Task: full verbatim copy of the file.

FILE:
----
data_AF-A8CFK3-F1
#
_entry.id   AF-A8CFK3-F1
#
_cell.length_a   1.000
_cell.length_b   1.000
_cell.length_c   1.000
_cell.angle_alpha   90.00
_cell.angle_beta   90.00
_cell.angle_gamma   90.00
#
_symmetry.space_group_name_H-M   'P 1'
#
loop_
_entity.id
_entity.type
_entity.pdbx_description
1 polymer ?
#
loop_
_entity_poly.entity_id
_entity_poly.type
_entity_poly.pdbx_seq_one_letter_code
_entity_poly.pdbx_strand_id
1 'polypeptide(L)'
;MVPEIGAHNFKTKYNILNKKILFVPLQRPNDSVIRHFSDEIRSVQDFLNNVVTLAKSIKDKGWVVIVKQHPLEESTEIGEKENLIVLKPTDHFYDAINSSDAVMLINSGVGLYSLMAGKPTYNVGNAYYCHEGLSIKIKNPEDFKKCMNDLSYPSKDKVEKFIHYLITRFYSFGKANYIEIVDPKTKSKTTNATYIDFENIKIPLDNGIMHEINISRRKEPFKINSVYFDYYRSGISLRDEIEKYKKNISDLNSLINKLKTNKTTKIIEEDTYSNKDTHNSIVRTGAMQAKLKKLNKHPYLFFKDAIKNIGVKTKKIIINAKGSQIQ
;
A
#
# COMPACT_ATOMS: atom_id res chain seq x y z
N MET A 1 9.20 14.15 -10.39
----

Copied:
data_AF-A8CFK3-F1
#
_entry.id   AF-A8CFK3-F1
#
_cell.length_a   1.000
_cell.length_b   1.000
_cell.length_c   1.000
_cell.angle_alpha   90.00
_cell.angle_beta   90.00
_cell.angle_gamma   90.00
#
_symmetry.space_group_name_H-M   'P 1'
#
loop_
_entity.id
_entity.type
_entity.pdbx_description
1 polymer ?
#
loop_
_entity_poly.entity_id
_entity_poly.type
_entity_poly.pdbx_seq_one_letter_code
_entity_poly.pdbx_strand_id
1 'polypeptide(L)'
;MVPEIGAHNFKTKYNILNKKILFVPLQRPNDSVIRHFSDEIRSVQDFLNNVVTLAKSIKDKGWVVIVKQHPLEESTEIGEKENLIVLKPTDHFYDAINSSDAVMLINSGVGLYSLMAGKPTYNVGNAYYCHEGLSIKIKNPEDFKKCMNDLSYPSKDKVEKFIHYLITRFYSFGKANYIEIVDPKTKSKTTNATYIDFENIKIPLDNGIMHEINISRRKEPFKINSVYFDYYRSGISLRDEIEKYKKNISDLNSLINKLKTNKTTKIIEEDTYSNKDTHNSIVRTGAMQAKLKKLNKHPYLFFKDAIKNIGVKTKKIIINAKGSQIQ
;
A
#
# COMPACT_ATOMS: atom_id res chain seq x y z
N MET A 1 9.20 14.15 -10.39